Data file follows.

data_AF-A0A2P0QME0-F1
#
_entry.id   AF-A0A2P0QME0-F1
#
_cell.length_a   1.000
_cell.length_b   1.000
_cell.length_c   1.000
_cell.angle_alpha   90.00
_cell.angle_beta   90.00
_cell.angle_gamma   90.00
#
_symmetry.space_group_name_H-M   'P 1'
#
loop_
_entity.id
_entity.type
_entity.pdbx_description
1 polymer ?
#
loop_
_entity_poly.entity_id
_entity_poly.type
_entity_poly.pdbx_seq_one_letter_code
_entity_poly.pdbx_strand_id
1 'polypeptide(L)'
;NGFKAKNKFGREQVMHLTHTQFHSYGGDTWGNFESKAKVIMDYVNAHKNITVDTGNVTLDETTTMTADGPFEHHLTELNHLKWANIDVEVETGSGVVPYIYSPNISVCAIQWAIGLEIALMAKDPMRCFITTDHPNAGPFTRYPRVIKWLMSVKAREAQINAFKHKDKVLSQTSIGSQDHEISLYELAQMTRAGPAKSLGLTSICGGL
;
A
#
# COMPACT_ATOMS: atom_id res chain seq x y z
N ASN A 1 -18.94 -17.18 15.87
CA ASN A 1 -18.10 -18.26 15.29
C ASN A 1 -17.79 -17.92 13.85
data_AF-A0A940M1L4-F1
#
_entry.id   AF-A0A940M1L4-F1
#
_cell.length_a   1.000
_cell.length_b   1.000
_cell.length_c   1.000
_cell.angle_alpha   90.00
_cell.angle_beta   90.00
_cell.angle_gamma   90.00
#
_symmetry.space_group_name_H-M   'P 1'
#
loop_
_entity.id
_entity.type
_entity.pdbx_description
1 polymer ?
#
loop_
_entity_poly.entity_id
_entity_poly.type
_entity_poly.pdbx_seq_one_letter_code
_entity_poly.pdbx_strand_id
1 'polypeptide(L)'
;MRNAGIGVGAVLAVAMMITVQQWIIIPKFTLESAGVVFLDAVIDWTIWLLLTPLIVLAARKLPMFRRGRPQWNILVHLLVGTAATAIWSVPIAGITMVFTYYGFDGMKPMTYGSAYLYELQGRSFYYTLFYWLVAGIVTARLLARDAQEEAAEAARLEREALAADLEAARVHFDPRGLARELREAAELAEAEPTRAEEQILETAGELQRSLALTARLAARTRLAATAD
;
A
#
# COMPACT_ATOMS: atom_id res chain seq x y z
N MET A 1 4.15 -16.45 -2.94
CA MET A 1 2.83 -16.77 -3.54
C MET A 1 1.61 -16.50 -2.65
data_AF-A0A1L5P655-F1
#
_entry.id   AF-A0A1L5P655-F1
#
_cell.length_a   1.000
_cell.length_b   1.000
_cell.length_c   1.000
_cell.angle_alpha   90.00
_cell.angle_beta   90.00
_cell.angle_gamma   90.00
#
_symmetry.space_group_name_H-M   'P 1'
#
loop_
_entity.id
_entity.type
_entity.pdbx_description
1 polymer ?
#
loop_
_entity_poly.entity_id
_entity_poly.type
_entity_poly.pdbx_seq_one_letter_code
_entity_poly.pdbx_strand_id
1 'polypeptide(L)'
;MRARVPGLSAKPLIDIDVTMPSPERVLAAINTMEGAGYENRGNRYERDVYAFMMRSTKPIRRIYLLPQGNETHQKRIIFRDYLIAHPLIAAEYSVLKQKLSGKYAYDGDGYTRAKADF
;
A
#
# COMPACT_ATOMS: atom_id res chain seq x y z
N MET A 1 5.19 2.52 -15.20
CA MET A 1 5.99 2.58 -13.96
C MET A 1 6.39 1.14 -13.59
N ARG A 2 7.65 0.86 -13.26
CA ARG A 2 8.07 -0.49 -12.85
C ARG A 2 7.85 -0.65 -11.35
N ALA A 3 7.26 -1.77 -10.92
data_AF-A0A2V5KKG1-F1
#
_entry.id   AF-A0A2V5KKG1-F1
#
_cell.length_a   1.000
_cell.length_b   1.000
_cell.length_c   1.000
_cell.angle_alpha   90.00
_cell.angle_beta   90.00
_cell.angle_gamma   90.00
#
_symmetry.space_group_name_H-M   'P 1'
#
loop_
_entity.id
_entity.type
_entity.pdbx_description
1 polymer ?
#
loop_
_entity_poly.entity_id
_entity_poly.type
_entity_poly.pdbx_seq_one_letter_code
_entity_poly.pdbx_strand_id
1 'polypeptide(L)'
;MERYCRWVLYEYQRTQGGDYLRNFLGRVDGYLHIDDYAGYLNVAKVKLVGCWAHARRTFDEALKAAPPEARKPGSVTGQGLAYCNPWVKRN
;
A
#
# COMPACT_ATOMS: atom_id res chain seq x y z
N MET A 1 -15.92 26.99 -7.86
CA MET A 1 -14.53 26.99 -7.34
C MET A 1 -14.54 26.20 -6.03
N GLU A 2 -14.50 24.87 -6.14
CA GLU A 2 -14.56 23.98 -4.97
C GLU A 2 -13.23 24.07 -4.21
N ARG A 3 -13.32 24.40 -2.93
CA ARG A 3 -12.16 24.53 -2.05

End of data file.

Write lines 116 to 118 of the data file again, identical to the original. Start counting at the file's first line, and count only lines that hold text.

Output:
#
loop_
_entity.id